Terdengar bunyi ketukan (A knocking was heard). Ia menoleh ke belakang. Salah satu lelaki yang masih adamenekan jari-jarinya ke kaca pembatas. Tony terkejut melihat wajahnya yang kepanasan (a feverish face). Tiba-tiba lelaki itu muntah ke kaca. Tangan Tony tergelincir dari kemudi. Kendaraan mulai oleng. Tony kembali menatap ke depan, meluruskan kemudi. Ia menoleh sekilas: laki-laki yang muntah tadi menyandarkan wajahnya yang belepotan ke kaca. Ia harus berhenti (He has to stop).
Gedoran keras (A loud banging). Dia menoleh dan melihat jari-jari ditempelkan di kaca pemisah. Seraut wajah merah padam (A flash of reddened face). Tiba-tiba lelaki itu muntah mengotori kaca. Tangan Tony tersentak, mobil pun oleng sebelum dia mampu mengendalikannya lagi. Tony segera menoleh. Wajah lelaki yang muntah itu menempel di kaca yang berlumur muntahan, lelaki lainnya terkapar di lantai mobil. Tony terpaksa berhenti (Tony is forced to stop).
Listening to Gustaaf Peek reading and introducing his work, I got a sense of his writing style: short, punchy, sensual sentences. Thus in the example above I prefer the relay version: “Gedoran keras. … Seraut wajah merah padam” (“Loud banging ... A flash of reddened face”) than the direct version: “Terdengar bunyi ketukan … Tony terkejut melihat wajahnya yang kepanasan” (“A knocking was heard ... Tony is startled to see a feverish face”).
A knocking may be slow and relaxed, but banging is always loud and full of immediacy (due to anger, impatience, or panic). “A feverish face” is also more abstract than the vivid “a flash of reddened face”—and the rhythm of the sentences fit more with Gustaaf’s style.
Furthermore, the two examples above give us two versions of Tony—one that feels he has to stop his car (“Ia harus berhenti”) and one that feels that he was forced to stop his car (“Tony terpaksa berhenti”). “Has to” (“harus”) is more general than “was forced to” (“terpaksa”)—if Tony feels he has to stop, I get a picture that this Tony cares more about his passengers than the Tony who only stops because he feels he was forced to. Which is the real Tony?
Sometimes small differences have big impact:
Semua jendela ditutup sehingga di dalam rumah lebih gerah daripada biasanya. (They closed all the windows so that it was hotter than usual inside the house.)
Karena semua jendela tertutup, di dalam rumah lebih panas dari biasanya. (All the windows were closed, inside the house was hotter than usual.)
The atmosphere in the relay translation is more frightening, because I immediately wonder why did they shut all the windows even though it was so hot inside? The direct version read like mere information: it was hot inside the house because all the windows were shut. We didn’t get the sense that the windows were intentionally shut (the prefix “di-” implies intention, “ter-” does not).
Occasionally describing something more generally can animate the text better:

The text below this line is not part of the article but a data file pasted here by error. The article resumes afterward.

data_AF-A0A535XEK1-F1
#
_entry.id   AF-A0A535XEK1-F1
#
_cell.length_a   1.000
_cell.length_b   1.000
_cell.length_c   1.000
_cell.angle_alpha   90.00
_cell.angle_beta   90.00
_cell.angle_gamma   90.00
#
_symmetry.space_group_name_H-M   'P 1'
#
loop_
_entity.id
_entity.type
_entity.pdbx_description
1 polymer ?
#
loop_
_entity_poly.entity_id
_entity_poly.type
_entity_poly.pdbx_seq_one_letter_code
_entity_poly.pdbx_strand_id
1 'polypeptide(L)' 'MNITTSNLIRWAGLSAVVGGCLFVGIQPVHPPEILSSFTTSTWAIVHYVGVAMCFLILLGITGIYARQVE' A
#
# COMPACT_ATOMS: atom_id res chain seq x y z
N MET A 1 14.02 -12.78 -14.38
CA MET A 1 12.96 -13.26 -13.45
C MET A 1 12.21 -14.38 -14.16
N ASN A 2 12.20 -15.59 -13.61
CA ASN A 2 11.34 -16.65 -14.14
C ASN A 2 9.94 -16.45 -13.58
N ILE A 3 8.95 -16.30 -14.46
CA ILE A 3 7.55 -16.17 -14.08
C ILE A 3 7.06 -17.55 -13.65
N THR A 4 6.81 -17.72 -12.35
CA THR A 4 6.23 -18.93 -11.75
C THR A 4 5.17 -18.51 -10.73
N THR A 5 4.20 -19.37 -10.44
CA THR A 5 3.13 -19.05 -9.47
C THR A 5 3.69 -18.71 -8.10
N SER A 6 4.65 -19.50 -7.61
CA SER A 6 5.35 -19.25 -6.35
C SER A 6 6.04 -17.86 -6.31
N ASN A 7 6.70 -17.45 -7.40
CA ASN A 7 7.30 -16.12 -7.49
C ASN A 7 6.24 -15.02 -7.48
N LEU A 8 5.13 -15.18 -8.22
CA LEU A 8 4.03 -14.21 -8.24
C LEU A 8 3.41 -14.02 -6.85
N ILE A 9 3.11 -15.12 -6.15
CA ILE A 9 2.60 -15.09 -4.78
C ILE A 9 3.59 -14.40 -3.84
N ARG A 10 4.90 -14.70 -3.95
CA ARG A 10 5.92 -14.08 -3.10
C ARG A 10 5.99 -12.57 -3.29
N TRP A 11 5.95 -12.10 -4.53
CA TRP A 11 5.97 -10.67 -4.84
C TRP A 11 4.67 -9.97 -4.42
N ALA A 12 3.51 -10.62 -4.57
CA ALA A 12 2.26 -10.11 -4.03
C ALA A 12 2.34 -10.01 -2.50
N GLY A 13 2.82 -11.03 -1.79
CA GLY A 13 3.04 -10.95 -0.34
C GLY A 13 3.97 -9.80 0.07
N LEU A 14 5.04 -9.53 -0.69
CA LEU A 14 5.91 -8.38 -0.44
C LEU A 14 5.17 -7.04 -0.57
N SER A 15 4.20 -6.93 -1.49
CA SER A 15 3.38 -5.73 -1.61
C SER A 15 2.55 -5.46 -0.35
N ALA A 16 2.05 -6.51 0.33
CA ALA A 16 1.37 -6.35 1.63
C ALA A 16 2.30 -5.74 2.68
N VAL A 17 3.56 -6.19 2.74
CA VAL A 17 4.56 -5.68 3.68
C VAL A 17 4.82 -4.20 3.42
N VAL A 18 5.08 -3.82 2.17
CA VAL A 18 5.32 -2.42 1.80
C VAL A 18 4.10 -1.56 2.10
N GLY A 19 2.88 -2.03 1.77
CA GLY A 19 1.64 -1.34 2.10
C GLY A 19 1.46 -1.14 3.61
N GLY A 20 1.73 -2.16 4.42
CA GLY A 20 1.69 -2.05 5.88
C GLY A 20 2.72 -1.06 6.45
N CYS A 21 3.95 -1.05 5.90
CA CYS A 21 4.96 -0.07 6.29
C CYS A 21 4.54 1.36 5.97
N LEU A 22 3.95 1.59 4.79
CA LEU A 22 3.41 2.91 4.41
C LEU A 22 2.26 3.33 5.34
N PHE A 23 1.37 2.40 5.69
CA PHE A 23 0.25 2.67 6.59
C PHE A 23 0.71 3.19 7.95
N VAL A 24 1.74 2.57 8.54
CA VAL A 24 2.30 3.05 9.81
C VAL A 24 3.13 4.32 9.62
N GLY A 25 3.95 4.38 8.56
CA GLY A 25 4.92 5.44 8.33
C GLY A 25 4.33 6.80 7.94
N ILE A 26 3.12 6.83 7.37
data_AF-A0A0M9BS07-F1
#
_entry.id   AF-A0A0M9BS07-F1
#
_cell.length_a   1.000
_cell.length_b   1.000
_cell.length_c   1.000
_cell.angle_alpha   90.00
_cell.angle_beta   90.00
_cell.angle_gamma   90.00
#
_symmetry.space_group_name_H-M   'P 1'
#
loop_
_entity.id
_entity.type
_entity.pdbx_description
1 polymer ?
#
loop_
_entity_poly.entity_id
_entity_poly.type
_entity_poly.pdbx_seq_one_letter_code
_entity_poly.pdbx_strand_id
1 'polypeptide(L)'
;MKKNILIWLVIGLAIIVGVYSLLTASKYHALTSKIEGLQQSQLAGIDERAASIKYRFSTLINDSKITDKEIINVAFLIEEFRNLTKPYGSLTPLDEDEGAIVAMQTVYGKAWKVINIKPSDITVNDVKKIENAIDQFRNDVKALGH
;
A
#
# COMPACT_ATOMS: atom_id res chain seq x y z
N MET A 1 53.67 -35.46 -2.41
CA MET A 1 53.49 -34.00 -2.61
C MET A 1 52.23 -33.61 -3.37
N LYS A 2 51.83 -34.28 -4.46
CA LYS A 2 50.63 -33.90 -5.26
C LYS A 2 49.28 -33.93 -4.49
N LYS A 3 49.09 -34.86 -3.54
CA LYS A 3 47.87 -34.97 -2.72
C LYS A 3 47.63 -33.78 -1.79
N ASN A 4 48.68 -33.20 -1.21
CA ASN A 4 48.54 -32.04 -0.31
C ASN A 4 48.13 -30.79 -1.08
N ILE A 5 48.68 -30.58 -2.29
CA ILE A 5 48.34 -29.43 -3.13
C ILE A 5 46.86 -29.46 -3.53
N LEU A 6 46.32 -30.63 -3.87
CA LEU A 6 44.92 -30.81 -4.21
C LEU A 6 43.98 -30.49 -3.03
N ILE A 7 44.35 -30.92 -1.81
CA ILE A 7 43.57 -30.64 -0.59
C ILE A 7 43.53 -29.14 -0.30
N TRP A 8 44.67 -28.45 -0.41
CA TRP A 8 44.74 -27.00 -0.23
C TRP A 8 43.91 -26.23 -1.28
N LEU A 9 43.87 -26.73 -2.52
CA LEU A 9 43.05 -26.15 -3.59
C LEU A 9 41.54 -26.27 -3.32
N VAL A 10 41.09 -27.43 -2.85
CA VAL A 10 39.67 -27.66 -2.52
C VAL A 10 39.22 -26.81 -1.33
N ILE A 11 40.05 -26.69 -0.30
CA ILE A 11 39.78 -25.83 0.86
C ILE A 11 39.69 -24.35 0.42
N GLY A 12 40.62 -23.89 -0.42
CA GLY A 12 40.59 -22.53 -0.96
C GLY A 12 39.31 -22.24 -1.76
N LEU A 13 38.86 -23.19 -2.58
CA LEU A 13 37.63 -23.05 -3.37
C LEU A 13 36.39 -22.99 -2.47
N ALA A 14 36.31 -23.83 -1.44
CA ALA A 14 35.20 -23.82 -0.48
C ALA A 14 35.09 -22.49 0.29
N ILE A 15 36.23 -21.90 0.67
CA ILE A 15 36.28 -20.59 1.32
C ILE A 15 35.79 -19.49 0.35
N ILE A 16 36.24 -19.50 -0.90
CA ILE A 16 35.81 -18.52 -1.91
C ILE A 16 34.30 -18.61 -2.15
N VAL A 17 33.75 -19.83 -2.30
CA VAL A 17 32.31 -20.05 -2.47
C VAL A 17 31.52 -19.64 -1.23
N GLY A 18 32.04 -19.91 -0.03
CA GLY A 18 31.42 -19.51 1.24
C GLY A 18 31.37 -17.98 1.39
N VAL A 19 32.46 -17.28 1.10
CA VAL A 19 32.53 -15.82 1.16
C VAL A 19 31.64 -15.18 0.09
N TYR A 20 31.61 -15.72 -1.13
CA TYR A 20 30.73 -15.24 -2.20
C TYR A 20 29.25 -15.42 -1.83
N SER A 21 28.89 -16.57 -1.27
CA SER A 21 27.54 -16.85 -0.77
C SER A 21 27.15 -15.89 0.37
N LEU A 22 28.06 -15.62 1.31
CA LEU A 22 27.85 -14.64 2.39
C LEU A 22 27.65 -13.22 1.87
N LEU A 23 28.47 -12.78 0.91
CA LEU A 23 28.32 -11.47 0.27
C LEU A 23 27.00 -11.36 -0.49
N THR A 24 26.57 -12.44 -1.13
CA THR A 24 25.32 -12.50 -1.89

Ia mengecilkan suara televisi hingga irama putarankipas angin yang tergantung di plafon mengalahkan bunyi sirene dan suara orang-orang berlarian (the sounds of people running).
Dia kecilkan suara TV sampai hanya bunyi kipas angin di langit-langit yang terdengar mengalahkan bunyi sirene dan langkah-langkah orang berlarian (the footsteps of people running).
I prefer “the sounds of people running”, because it evokes more than just their footsteps, but also their hurried breaths and their screams.
Generally, however, using specific words work better. “Ia mengipas-ngipas dengan koran bekas” (he fanned himself using an old newspaper) is more vivid than “Ia menggunakan koran lama sebagai kipas” (he used an old newspaper as a fan); “Seseorang menyenggolnya” (someone bumped into him) is more informative than ”Seseorang membangunkannya” (someone woke him up)—the second made us ask: how? By shaking him, by pouring water on his face?
Often getting the precise information is crucial for readers to really get the story.
Seperti yang lain di dalam kabin (the cabin), Tony berteriak dan memukul-mukul dinding yang tuli.
Seperti yang lainnya di dalam peti kemas (the container) itu, Tony berteriak dan memukul dinding yang bergeming.
Someone in a cabin (could be a cabin in the woods, cabin of airplane) is less worrying than someone in a container.
Ia membuka kemejanya yang basah (he took off his wet shirt), menendang sepatu sampai lepas, meregangkan tubuh, tersengal-sengal, seolah dadanya akan mendapat oksigen lewat kulit (as if his chest could get oxygen through his skin). Sia-sia. Suara-suara yang ia buat terdengar di sekelilingnya (he could hear the noises he made around him). Ia mengecilkan diri (He made himself smaller).
Tersengal-sengal, dia robek baju basahnya (he ripped off his wet shirt), menyentak lepas sepatu dan meregangkankan tubuh, seakan membiarkan kulitnya bernapas (as if letting his skin breathe). Percuma. Dia bisa mendengar suara-suara yang sama dari sekelilingnya (he could hear similar noises from around him). Dia meringkuk lagi (He curled into himself).